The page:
The case before us presents facts that provoke all of our typical concerns about strip searches. The detention facility officers on numerous occasions ordered appellants — troubled adolescent girls facing no criminal charges — to remove all of their clothes and underwear. The officials inspected the girls' naked bodies front and back, and had them lift their breasts and spread out folds of fat. The young girls described the process as embarrassing and humiliating. Indeed, T.W. cried throughout one of her searches. During one of S.C.'s searches, two other detainees were present. The juvenile detention facilities perform similar searches on every girl who enters,1 notwithstanding the fact that many of them — indeed, most of them — have been victims of abuse or neglect, and may be more vulnerable mentally and emotionally than other youths their age.2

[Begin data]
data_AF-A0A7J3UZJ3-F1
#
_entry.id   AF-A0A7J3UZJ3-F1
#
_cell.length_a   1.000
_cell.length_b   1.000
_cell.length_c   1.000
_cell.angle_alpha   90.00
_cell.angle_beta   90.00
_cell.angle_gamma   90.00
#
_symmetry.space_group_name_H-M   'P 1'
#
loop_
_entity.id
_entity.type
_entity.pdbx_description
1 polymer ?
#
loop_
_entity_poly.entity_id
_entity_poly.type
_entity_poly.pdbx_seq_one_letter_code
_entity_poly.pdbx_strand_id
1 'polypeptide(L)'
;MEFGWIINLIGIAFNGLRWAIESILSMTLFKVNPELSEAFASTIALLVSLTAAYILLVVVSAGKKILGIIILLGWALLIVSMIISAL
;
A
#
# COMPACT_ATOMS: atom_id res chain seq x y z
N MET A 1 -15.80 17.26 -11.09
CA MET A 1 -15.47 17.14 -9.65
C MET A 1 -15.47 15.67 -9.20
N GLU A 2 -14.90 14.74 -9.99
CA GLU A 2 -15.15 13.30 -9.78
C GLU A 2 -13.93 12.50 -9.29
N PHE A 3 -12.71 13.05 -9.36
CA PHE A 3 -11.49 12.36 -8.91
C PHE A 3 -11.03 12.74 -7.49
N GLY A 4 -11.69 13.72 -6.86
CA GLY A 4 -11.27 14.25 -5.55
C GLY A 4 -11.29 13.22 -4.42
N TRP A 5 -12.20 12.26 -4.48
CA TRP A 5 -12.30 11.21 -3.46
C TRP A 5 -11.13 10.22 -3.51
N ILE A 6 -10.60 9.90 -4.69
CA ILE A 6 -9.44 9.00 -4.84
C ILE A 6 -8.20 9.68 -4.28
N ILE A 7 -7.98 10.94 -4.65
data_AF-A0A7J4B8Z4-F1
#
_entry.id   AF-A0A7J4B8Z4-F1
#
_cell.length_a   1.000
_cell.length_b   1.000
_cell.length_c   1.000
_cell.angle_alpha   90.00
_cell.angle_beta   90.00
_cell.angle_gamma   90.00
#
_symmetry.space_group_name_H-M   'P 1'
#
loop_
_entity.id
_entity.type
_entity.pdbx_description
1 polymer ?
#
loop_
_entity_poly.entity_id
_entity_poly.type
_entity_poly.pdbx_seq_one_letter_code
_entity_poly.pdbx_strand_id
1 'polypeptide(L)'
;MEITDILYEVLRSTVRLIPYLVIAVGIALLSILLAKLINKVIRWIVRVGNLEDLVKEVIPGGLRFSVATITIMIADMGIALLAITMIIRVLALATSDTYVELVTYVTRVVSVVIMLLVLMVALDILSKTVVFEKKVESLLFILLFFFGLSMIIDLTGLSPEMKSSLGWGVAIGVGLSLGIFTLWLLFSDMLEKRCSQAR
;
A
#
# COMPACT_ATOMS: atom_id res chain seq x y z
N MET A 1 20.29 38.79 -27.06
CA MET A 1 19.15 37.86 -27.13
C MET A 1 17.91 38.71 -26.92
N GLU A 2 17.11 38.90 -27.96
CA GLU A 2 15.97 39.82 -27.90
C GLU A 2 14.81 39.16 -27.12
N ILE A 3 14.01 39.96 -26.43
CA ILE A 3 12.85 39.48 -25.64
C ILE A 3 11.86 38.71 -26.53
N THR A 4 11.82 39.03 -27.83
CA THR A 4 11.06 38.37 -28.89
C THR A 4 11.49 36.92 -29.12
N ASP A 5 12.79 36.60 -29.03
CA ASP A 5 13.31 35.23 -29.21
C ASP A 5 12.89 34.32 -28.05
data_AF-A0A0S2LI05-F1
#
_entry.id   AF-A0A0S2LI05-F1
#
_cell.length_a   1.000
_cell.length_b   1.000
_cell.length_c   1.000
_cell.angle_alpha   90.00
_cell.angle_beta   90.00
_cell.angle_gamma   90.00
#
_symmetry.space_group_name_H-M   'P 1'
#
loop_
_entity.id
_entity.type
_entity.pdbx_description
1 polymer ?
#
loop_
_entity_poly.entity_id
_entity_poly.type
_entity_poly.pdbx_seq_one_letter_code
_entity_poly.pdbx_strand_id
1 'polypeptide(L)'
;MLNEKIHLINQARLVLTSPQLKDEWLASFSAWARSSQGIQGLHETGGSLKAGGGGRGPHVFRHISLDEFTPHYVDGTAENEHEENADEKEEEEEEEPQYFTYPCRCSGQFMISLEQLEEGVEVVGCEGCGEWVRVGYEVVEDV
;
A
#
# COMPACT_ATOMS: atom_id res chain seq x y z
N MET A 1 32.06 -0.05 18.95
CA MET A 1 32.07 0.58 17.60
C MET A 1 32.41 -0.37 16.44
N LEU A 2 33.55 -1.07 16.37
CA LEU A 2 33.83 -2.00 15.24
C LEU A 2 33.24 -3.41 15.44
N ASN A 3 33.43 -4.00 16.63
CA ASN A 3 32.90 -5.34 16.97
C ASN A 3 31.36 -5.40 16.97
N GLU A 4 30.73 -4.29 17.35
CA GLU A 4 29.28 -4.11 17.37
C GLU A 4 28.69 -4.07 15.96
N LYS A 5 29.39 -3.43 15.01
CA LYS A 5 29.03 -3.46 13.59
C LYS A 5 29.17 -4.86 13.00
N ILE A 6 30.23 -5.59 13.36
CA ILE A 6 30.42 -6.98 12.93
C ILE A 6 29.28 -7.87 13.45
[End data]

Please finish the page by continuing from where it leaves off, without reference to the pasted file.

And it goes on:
Given the uniquely invasive and upsetting nature of strip searches, it is not surprising that with the exception of the prison setting, see Covino v. Patrissi, 967 F.2d 73, 76-80 (2d Cir.1992), we have never found that a strip search in the absence of any individualized suspicion was reasonable. Even in the context of lawful detention and confinement, we have recognized constitutional limits on the state's authority to conduct strip searches — limits that the majority disregards in the present case. In Weber v. Dell, 804 F.2d 796, 804 (2d Cir.1986), we held that reasonable suspicion was required in order to strip search a defendant arrested and detained for misdemeanors. We reached this holding even assuming the correctness of a sheriff's assertion that seventy percent of such arrestees possessed contraband. Id. at 802 (finding that even if such a statistic were proven, it did not provide the particularized suspicion required by the Constitution to justify a strip search). Furthermore, in Weber, we did not state that a strip search of a felony arrestee, in the absence of individualized suspicion, would be lawful; rather, we suggested that, among other things, the nature of the offense for which the felony arrestee is detained furnishes the individualized suspicion required to justify the search. Id. We have applied and affirmed Weber's restrictions on strip searches in numerous cases. See Shain v. Ellison, 273 F.3d 56, 62-66 (2d Cir.2001); Wachtler v. County of Herkimer, 35 F.3d 77, 81-82 (2d Cir.1994); Walsh v. Franco, 849 F.2d 66, 68-69 (2d Cir.1988). As the majority notes, all of the circuits considering the issue of strip searches of adults confined for minor offenses have reached the same conclusion. See ante, at 231-32.